Upgradeable Fares Can Cost Double on United vs. American

A few days ago I provided a comparison of United’s Premier 1K status and American’s Executive Platinum status. One of the benefits of top-tier status with an airline is usually systemwide upgrade certificates, and a reader asked if I could compare the actual cost of purchasing an upgradedable fare on United vs. American. I hope these results will be useful not just for comparing the cost of upgradeable fares but also for looking at the cheapest destination for your next international vacation or mileage run.

I earned 1K fair and square, flying just over 100,000 miles in 2011, but American recently gave me a free match to Executive Platinum that came with the systemwide upgrades even though I haven’t flown a single mile with them in several years. I knew that upgrades were generally cheaper and easier to use with American, but I didn’t know just how much, and I figured this was the kind of analysis that would help not just my readers but also me as I consider if I should switch my allegiance. I was still leaning toward United before, but now I am strongly considering American–at least for international travel.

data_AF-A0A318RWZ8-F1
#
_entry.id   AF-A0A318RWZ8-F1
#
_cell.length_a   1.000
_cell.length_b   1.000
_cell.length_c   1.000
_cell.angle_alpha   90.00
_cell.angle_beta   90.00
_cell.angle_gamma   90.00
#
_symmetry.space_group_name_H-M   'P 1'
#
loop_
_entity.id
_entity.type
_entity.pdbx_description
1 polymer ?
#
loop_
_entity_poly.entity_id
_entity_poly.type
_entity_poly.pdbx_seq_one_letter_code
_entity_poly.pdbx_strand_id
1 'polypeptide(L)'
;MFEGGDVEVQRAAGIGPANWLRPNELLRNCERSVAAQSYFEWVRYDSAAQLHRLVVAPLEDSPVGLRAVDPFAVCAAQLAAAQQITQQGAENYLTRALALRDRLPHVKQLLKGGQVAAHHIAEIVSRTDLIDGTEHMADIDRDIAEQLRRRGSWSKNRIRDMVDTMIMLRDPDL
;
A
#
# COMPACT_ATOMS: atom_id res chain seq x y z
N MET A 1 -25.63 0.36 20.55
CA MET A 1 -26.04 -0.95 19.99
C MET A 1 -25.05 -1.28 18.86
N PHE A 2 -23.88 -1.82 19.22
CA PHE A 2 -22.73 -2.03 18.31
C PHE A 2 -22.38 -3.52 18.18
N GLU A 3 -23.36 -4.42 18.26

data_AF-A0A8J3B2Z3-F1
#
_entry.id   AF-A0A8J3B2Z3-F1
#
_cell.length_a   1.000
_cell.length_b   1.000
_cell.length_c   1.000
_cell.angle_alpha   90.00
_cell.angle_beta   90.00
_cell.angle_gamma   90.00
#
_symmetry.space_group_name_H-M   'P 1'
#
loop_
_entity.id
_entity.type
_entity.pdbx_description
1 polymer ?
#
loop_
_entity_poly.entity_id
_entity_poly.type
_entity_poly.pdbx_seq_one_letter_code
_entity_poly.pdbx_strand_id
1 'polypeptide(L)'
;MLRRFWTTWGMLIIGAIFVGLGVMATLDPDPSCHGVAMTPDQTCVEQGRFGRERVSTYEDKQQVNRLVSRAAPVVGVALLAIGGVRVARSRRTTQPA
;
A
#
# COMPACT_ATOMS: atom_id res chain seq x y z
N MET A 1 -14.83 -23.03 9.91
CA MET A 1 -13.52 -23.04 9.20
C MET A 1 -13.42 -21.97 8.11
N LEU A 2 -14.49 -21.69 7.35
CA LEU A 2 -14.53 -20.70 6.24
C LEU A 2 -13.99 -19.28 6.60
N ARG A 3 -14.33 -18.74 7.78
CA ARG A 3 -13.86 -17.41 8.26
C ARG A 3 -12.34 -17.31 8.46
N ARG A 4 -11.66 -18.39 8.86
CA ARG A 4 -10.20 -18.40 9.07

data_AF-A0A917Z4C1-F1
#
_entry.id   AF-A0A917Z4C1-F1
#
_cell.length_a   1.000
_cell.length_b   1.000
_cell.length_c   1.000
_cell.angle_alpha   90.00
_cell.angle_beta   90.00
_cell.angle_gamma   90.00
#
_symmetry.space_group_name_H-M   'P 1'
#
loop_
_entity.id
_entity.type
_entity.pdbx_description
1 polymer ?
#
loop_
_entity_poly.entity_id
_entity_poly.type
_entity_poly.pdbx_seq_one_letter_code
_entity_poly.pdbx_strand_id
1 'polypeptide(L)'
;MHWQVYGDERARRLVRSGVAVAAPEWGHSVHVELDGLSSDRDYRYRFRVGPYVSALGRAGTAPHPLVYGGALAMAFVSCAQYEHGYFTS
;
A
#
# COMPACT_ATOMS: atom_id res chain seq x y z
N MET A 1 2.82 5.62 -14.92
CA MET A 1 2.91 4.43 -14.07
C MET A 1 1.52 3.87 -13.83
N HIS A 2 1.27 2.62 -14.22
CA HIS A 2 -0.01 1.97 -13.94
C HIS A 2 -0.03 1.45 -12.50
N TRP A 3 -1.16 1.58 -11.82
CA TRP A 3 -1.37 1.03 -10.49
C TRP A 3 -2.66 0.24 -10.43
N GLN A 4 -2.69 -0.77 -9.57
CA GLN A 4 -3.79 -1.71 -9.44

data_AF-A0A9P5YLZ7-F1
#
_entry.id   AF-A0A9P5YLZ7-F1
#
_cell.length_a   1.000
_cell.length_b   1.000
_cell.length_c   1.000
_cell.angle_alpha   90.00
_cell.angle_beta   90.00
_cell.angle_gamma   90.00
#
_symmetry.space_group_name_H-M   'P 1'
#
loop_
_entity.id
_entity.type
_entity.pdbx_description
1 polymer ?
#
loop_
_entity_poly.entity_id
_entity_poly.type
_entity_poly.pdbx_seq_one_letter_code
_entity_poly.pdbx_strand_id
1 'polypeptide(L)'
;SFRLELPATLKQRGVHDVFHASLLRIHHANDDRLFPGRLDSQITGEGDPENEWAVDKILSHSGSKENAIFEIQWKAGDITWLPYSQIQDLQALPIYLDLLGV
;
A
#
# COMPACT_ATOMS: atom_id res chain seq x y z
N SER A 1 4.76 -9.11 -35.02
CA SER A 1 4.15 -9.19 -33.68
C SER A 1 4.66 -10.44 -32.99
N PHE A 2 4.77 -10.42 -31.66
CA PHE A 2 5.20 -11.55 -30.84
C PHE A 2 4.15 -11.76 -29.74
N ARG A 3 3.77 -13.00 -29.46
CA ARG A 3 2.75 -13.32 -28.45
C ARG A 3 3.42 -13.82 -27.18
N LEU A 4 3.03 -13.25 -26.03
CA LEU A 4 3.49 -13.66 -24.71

As usual, I try to limit the fares I post to those originating in the Pacific Northwest. A lot of bloggers and readers on BoardingArea are in the New York or DC areas, and I think it’s nice to remind people that there is another Washington out there. ;) I also think it provides better information for the large majority of the country that does not have three major airports serving a single metropolitan area. Neither Seattle, Portland, nor Vancouver are hubs for American or United; I’ve only done Seattle for now, but I will try to do similar comparisons for Portland and Vancouver. Please provide feedback before then if you’d like me to change my methods.

Systemwide Upgrade Rules

United Premier 1Ks receive six (6) Global Premier Upgrades each year. They must be used on W fares or higher (mid-priced economy class) on United-operated flights. They can also be used on Lufthansa-operated flights, but I’ve excluded that option from my analysis for convenience. American Executive Platinums receive eight (8) eVIP upgrades each year. They can be used on any fare on American-operated flights. To search for United-operated flights, I used the following ITA search command, which limits results to United-operated flights with any number of connections booked in the W fare class: